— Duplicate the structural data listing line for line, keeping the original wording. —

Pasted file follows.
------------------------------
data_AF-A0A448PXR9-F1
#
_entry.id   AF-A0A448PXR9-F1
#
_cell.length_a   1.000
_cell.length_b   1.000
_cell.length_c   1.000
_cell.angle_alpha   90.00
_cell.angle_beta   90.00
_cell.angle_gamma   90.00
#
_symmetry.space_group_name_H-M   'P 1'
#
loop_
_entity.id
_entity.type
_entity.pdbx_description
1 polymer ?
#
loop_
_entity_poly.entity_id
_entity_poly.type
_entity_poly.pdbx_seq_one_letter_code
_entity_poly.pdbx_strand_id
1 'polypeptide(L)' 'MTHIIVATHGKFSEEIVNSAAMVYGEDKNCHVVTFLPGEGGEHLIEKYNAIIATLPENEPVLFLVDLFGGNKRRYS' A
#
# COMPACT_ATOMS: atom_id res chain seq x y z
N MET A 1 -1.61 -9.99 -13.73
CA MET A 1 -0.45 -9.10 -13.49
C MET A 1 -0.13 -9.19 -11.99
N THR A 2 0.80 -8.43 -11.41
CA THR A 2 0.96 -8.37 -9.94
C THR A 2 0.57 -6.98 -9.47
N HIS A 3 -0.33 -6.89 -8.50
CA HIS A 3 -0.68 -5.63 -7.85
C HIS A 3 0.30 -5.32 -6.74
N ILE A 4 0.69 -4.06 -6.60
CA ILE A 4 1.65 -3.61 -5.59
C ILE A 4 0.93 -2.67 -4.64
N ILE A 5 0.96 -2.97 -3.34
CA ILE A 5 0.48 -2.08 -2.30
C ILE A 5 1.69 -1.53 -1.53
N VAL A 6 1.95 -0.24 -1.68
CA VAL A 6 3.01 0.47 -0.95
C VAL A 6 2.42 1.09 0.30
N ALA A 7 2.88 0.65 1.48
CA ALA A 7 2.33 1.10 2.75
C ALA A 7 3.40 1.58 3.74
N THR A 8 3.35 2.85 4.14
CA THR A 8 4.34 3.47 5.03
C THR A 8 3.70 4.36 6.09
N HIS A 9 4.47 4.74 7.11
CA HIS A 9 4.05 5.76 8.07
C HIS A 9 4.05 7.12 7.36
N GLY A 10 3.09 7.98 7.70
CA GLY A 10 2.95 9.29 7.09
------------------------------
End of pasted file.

data_AF-A0A448PXR9-F1
#
_entry.id   AF-A0A448PXR9-F1
#
_cell.length_a   1.000
_cell.length_b   1.000
_cell.length_c   1.000
_cell.angle_alpha   90.00
_cell.angle_beta   90.00
_cell.angle_gamma   90.00
#
_symmetry.space_group_name_H-M   'P 1'
#
loop_
_entity.id
_entity.type
_entity.pdbx_description
1 polymer ?
#
loop_
_entity_poly.entity_id
_entity_poly.type
_entity_poly.pdbx_seq_one_letter_code
_entity_poly.pdbx_strand_id
1 'polypeptide(L)' 'MTHIIVATHGKFSEEIVNSAAMVYGEDKNCHVVTFLPGEGGEHLIEKYNAIIATLPENEPVLFLVDLFGGNKRRYS' A
#
# COMPACT_ATOMS: atom_id res chain seq x y z
N MET A 1 -1.61 -9.99 -13.73
CA MET A 1 -0.45 -9.10 -13.49
C MET A 1 -0.13 -9.19 -11.99
N THR A 2 0.80 -8.43 -11.41
CA THR A 2 0.96 -8.37 -9.94
C THR A 2 0.57 -6.98 -9.47
N HIS A 3 -0.33 -6.89 -8.50
CA HIS A 3 -0.68 -5.63 -7.85
C HIS A 3 0.30 -5.32 -6.74
N ILE A 4 0.69 -4.06 -6.60
CA ILE A 4 1.65 -3.61 -5.59
C ILE A 4 0.93 -2.67 -4.64
N ILE A 5 0.96 -2.97 -3.34
CA ILE A 5 0.48 -2.08 -2.30
C ILE A 5 1.69 -1.53 -1.53
N VAL A 6 1.95 -0.24 -1.68
CA VAL A 6 3.01 0.47 -0.95
C VAL A 6 2.42 1.09 0.30
N ALA A 7 2.88 0.65 1.48
CA ALA A 7 2.33 1.10 2.75
C ALA A 7 3.40 1.58 3.74
N THR A 8 3.35 2.85 4.14
CA THR A 8 4.34 3.47 5.03
C THR A 8 3.70 4.36 6.09
N HIS A 9 4.47 4.74 7.11
CA HIS A 9 4.05 5.76 8.07
C HIS A 9 4.05 7.12 7.36
N GLY A 10 3.09 7.98 7.70
CA GLY A 10 2.95 9.29 7.09